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Scenario analysis: Better insights with the power of perspective

Date posted: 
April 18, 2022

Decision analytics is a highly effective tool for understanding and explaining litigation prospects and risks. The inherently uncertain nature of litigation is what makes decision analytics so effective - after all, making smart decisions in the face of uncertainty is the core purpose of decision analytics.

Identifying uncertainties

When applying decision analytics in practice, the key uncertainties of a given case need to be identified, analyzed and arranged together to produce a clear overall view on prospects.

The process of identifying uncertainties is relatively straightforward where there is a small number of potential outcomes. In these situations, legal teams working on a case will be well equipped to identify each uncertain outcome in precise terms.

Example 1: In a litigation for breach of contract, a key uncertainty will be whether or not the court finds that the defendant committed an actionable breach. Identifying this uncertainty is straightforward because there are only two potential outcomes. Either (1) the court will find a breach, or (2) the court will find no breach.

But other uncertainties are more difficult to identify because they involve ranges of many potential outcomes.

Example 2: If the court finds a breach was committed, a further key uncertainty will be what damages the plaintiff is awarded. Identifying this uncertainty is not straightforward because there is a range of many potential damages awards the court might determine. 

The traditional approach for dealing with ranged uncertainties in decision analytics is to identify a small number of indicative outcomes from the range of all potential outcomes. This typically involves identifying "high", "medium" and "low" (or "best"/"base"/"worst") indicative outcomes from the range, and then analyzing overall prospects by reference to those indicative outcomes.

Problems with the high/medium/low approach

While the high/medium/low approach has been widely used in decision analytics, it isn't without drawbacks:

  • Using a high/medium/low approach tends to add a lot of complexity to visual plans used in decision analytics, without adding any real insight. This extra complexity can be counter-productive for decision-makers who need to understand and interpret visual plans.
  • Another problem arises when trying to assign probabilities to each indicative high/medium/low outcome. Assessing probabilities for "indicative" outcomes isn't an intuitive process, and to do it properly you really need to understand how to convert a probability density function (or large-valued probability mass function) into a subset of outcomes. This task is challenging even for seasoned decision analytics pros, so it's not something most legal teams are well equipped to handle.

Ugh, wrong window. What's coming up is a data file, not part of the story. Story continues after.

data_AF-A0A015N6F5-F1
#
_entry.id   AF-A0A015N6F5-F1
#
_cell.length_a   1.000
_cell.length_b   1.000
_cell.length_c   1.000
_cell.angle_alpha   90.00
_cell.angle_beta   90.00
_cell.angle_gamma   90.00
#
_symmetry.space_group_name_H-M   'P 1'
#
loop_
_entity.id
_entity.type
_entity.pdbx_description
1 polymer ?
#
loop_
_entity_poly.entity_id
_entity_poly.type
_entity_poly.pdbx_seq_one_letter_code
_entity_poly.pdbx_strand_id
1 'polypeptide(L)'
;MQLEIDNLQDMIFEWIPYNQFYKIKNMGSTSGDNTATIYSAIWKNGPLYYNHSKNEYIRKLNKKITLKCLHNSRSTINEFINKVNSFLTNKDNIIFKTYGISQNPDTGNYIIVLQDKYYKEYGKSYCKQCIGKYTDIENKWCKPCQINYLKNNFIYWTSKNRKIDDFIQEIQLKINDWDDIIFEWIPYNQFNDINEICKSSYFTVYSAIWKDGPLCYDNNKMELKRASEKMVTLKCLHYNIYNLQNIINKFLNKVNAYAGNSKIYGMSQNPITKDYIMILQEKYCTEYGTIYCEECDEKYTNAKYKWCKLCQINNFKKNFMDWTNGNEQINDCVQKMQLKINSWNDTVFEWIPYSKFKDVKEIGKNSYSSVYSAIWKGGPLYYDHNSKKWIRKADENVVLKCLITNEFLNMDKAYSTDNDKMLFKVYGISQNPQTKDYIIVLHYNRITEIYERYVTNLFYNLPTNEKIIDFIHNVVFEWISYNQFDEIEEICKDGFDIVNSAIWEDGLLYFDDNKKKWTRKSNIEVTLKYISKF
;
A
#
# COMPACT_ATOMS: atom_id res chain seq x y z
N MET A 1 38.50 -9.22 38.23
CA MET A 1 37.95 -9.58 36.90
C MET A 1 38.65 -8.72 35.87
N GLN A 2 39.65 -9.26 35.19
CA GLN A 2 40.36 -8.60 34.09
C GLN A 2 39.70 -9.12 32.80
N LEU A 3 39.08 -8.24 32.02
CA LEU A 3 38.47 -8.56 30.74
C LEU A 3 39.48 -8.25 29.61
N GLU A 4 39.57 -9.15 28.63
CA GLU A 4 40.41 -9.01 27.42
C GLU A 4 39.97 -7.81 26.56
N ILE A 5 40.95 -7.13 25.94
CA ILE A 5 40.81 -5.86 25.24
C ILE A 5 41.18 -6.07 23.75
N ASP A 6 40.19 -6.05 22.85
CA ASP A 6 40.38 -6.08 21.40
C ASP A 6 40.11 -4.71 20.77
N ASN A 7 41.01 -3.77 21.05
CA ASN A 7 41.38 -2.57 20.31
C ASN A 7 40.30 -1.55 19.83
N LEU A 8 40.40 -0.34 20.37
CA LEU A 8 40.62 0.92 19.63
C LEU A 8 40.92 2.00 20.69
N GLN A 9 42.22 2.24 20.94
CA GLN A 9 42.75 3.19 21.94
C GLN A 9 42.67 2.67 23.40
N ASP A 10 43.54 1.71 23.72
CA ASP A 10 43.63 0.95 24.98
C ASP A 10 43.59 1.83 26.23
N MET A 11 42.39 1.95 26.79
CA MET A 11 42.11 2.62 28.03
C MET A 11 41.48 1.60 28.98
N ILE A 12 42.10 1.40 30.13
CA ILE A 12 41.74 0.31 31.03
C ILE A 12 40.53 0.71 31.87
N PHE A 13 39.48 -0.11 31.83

• A final drawback of the high/medium/low approach is that it doesn't permit more than a single view on overall prospects, known as an "evaluation". The reality is that, in practice, most decision-makers feel more confident after they've had a chance to consider multiple evaluations for various different scenarios.

A new approach with scenarios

Litigaze's patent-pending scenario analysis feature is designed to solve all the problems of the high/medium/low approach, while providing decision-makers even more useful insights on complex litigation uncertainties.

To see how dramatic an improvement scenario analysis is, compare the following two visual plans which represent exactly the same hypothetical breach of contract litigation.

The old way, without scenario analysis:
The same, but using scenario analysis:

Using scenario analysis in Litigaze takes a few simple steps:

Step 1: Add variables

First, you'll need to add some variables to your plan. These could be financial variables (like a damages award), chance variables (like the chance of establishing breach of contract), or both.

Step 2: Add scenarios

Next, you'll need to add scenarios to your variables to represent different viewpoints on those variables.

  • For the optimistic scenario, change the variable settings to reflect how you see that variable from an optimistic viewpoint.
  • For the pessimistic scenario, do the opposite and set the variable to reflect a pessimistic viewpoint.

Step 3: Change scenarios, see new perspectives!

Once you've added scenarios to your variables, they'll appear in the scenarios menu, which you can access from the sidebar (TIP: click "M" on your keyboard to toggle the sidebar menu).

In the scenarios menu, you can easily switch variables between different scenarios with a simple click. To change all variables at once, click the scenarios headings.

To see how changing scenarios affects your plan evaluation, simply switch scenarios after running an evaluation.